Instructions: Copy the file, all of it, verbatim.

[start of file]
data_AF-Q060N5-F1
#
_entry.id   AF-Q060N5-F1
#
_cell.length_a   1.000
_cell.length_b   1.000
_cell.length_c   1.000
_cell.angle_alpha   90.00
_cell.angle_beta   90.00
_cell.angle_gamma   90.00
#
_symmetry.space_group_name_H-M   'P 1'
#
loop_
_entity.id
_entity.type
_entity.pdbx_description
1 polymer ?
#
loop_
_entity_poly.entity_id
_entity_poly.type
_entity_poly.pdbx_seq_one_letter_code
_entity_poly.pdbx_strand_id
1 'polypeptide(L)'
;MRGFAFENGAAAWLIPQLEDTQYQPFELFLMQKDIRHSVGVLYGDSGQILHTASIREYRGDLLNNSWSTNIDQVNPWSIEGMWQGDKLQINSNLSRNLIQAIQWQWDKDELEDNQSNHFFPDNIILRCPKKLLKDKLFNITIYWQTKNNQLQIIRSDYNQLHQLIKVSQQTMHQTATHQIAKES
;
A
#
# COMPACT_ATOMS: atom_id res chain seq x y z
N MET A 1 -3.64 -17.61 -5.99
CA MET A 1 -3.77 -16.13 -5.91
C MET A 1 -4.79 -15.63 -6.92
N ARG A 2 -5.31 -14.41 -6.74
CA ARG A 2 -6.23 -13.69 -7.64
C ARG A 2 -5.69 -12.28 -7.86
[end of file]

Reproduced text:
data_AF-Q060N5-F1
#
_entry.id   AF-Q060N5-F1
#
_cell.length_a   1.000
_cell.length_b   1.000
_cell.length_c   1.000
_cell.angle_alpha   90.00
_cell.angle_beta   90.00
_cell.angle_gamma   90.00
#
_symmetry.space_group_name_H-M   'P 1'
#
loop_
_entity.id
_entity.type
_entity.pdbx_description
1 polymer ?
#
loop_
_entity_poly.entity_id
_entity_poly.type
_entity_poly.pdbx_seq_one_letter_code
_entity_poly.pdbx_strand_id
1 'polypeptide(L)'
;MRGFAFENGAAAWLIPQLEDTQYQPFELFLMQKDIRHSVGVLYGDSGQILHTASIREYRGDLLNNSWSTNIDQVNPWSIEGMWQGDKLQINSNLSRNLIQAIQWQWDKDELEDNQSNHFFPDNIILRCPKKLLKDKLFNITIYWQTKNNQLQIIRSDYNQLHQLIKVSQQTMHQTATHQIAKES
;
A
#
# COMPACT_ATOMS: atom_id res chain seq x y z
N MET A 1 -3.64 -17.61 -5.99
CA MET A 1 -3.77 -16.13 -5.91
C MET A 1 -4.79 -15.63 -6.92
N ARG A 2 -5.31 -14.41 -6.74
CA ARG A 2 -6.23 -13.69 -7.64
C ARG A 2 -5.69 -12.28 -7.86